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abstract = "BACKGROUND: There have been recent calls for improved internal medicine outpatient training, yet assessment of clinical and educational variables within existing models is lacking. OBJECTIVE: To assess the impact of clinic redesign from a traditional weekly clinic model to a 50/50 outpatient-inpatient model on clinical and educational outcomes. DESIGN: Pre-intervention and post-intervention study intervals, comparing the 2009-2010 and 2010-2011 academic years. PARTICIPANTS: Ninety-six residents in a Primary Care Internal Medicine site of a large academic internal medicine residency program who provide care for > 13,000 patients. INTERVENTION: Continuity clinic redesign from a traditional weekly clinic model to a 50/50 model characterized by 50 {\%} outpatient and 50 {\%} inpatient experiences scheduled in alternating 1 month blocks, with twice weekly continuity clinic during outpatient months and no clinic during inpatient months. MAIN MEASURES: 1) Clinical outcomes (panel size, patient visits, adherence with chronic disease and preventive service guidelines, continuity of care, patient satisfaction, and perceived safety/teamwork in clinic); 2) Educational outcomes (attendance at teaching conference, resident and faculty satisfaction, faculty assessment of resident clinic performance, and residents' perceived preparedness for outpatient management). RESULTS: Redesign was associated with increased mean panel size (120 vs. 137.6; p ≤ 0.001), decreased continuity of care (63 {\%} vs. 48 {\%} from provider perspective; 61 {\%} vs. 51 {\%} from patient perspective; p ≤ 0.001 for both; team continuity was preserved), decreased missed appointments (12.5 {\%} vs. 10.9 {\%}; p ≤ 0.01), improved perceived safety and teamwork (3.6 vs. 4.1 on 5-point scale; p ≤ 0.001), improved mean teaching conference attendance (57.1 vs. 64.4; p ≤ 0.001), improved resident clinic performance (3.6 vs. 3.9 on 5-point scale; p ≤ 0.001), and little change in other outcomes. CONCLUSION: Although this model requires further study in other settings, these results suggest that a 50/50 model may allow residents to manage more patients while enhancing the climate of teamwork and safety in the continuity clinic, compared to traditional models. Future work should explore ways to preserve continuity of care within this model.",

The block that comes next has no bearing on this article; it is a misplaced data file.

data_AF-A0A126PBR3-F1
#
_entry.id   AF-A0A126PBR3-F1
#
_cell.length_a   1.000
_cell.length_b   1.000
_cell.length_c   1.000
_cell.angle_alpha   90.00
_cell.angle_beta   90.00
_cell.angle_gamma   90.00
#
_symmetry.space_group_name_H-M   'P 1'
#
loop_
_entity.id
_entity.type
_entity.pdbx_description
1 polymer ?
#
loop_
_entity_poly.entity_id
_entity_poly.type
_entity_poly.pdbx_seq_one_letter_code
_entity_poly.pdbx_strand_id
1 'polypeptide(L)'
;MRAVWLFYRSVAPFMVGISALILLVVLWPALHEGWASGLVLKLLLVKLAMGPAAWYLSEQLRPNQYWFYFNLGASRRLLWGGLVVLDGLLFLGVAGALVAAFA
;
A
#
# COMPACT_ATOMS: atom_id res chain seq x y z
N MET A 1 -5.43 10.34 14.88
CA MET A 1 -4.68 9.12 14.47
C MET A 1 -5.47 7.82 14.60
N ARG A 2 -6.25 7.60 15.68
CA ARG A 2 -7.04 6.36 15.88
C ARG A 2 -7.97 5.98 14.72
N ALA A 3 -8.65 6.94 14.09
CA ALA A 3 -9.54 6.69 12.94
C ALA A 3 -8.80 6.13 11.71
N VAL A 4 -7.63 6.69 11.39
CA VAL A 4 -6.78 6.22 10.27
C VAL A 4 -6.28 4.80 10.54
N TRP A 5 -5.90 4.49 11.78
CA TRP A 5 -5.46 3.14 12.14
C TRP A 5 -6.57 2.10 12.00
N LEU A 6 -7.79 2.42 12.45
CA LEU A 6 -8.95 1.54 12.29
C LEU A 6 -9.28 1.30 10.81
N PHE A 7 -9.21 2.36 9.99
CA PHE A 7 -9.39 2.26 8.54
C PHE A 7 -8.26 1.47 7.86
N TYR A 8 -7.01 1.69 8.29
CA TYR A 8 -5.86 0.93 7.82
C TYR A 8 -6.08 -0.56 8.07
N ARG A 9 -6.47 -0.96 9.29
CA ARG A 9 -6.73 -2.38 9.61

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N2 - BACKGROUND: There have been recent calls for improved internal medicine outpatient training, yet assessment of clinical and educational variables within existing models is lacking. OBJECTIVE: To assess the impact of clinic redesign from a traditional weekly clinic model to a 50/50 outpatient-inpatient model on clinical and educational outcomes. DESIGN: Pre-intervention and post-intervention study intervals, comparing the 2009-2010 and 2010-2011 academic years. PARTICIPANTS: Ninety-six residents in a Primary Care Internal Medicine site of a large academic internal medicine residency program who provide care for > 13,000 patients. INTERVENTION: Continuity clinic redesign from a traditional weekly clinic model to a 50/50 model characterized by 50 % outpatient and 50 % inpatient experiences scheduled in alternating 1 month blocks, with twice weekly continuity clinic during outpatient months and no clinic during inpatient months. MAIN MEASURES: 1) Clinical outcomes (panel size, patient visits, adherence with chronic disease and preventive service guidelines, continuity of care, patient satisfaction, and perceived safety/teamwork in clinic); 2) Educational outcomes (attendance at teaching conference, resident and faculty satisfaction, faculty assessment of resident clinic performance, and residents' perceived preparedness for outpatient management). RESULTS: Redesign was associated with increased mean panel size (120 vs. 137.6; p ≤ 0.001), decreased continuity of care (63 % vs. 48 % from provider perspective; 61 % vs. 51 % from patient perspective; p ≤ 0.001 for both; team continuity was preserved), decreased missed appointments (12.5 % vs. 10.9 %; p ≤ 0.01), improved perceived safety and teamwork (3.6 vs. 4.1 on 5-point scale; p ≤ 0.001), improved mean teaching conference attendance (57.1 vs. 64.4; p ≤ 0.001), improved resident clinic performance (3.6 vs. 3.9 on 5-point scale; p ≤ 0.001), and little change in other outcomes. CONCLUSION: Although this model requires further study in other settings, these results suggest that a 50/50 model may allow residents to manage more patients while enhancing the climate of teamwork and safety in the continuity clinic, compared to traditional models. Future work should explore ways to preserve continuity of care within this model.